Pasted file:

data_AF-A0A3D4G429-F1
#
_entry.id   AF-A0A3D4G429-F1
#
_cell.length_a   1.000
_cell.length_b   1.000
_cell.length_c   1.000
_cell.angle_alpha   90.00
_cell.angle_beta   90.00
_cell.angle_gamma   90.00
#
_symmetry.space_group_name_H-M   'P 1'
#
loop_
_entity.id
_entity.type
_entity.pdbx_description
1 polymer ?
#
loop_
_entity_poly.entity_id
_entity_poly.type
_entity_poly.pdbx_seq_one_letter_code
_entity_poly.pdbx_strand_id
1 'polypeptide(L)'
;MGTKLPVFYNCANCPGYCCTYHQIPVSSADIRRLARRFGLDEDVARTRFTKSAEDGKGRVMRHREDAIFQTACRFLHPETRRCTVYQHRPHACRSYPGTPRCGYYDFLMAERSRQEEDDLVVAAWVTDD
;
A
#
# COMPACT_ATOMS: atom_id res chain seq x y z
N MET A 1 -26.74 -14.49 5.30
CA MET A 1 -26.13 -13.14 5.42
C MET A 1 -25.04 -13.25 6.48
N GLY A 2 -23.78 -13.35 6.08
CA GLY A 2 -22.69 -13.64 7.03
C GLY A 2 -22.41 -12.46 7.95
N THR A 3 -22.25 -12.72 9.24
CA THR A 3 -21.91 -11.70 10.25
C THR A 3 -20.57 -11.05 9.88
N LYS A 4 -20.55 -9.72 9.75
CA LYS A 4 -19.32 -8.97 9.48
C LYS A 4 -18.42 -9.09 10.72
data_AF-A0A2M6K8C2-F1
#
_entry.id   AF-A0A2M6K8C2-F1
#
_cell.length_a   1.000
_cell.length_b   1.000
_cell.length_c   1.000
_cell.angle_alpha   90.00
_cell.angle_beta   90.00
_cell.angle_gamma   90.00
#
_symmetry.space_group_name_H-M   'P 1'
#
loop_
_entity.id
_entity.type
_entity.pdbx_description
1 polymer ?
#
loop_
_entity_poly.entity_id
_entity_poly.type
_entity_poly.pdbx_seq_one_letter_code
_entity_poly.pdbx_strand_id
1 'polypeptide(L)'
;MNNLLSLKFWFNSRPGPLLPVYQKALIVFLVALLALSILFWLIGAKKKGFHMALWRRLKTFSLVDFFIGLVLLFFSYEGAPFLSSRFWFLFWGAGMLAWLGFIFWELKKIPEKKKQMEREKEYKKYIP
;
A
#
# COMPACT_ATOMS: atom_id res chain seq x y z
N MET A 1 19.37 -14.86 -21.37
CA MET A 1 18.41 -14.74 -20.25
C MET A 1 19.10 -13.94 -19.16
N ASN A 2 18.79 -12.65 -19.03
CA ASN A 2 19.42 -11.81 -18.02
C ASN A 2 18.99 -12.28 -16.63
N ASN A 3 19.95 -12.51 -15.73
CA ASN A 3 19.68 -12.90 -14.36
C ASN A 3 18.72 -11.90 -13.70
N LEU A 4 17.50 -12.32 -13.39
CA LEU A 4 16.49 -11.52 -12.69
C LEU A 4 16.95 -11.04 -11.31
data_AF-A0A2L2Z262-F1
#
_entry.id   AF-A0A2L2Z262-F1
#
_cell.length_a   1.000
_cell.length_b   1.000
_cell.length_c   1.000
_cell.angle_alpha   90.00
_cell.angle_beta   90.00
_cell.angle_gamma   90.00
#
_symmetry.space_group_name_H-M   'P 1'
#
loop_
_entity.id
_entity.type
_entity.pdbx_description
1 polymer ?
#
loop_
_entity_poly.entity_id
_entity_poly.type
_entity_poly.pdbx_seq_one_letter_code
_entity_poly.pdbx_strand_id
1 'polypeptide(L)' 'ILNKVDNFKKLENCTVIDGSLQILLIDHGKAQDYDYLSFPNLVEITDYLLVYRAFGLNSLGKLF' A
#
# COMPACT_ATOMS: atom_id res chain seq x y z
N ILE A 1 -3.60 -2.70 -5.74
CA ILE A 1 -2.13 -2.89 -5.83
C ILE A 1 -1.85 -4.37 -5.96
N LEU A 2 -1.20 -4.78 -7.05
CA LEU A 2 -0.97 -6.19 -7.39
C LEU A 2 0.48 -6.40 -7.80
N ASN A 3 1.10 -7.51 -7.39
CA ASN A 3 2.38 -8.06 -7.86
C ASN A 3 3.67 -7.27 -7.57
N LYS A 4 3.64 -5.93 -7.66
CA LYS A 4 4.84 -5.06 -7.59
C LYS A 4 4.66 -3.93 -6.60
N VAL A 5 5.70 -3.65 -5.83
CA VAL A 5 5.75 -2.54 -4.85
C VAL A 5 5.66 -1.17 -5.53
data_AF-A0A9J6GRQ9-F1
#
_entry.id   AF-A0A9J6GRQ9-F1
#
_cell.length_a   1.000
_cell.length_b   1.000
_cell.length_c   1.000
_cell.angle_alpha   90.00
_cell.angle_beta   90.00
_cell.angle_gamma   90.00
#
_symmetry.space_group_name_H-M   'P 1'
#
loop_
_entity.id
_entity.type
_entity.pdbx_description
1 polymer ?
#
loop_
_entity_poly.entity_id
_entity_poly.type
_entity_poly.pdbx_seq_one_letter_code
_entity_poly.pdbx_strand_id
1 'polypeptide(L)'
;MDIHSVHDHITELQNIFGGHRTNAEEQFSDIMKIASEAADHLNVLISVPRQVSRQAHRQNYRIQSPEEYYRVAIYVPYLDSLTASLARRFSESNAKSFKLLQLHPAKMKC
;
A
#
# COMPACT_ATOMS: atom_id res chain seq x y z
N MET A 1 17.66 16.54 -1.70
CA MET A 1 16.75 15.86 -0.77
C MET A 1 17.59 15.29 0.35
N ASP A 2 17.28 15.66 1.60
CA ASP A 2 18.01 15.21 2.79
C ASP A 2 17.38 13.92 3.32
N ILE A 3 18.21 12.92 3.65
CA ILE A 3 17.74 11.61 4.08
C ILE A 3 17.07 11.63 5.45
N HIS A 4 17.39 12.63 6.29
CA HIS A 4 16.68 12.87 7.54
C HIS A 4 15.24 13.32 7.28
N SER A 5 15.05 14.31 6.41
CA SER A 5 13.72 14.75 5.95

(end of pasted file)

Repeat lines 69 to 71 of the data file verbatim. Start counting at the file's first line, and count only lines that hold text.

;
A
#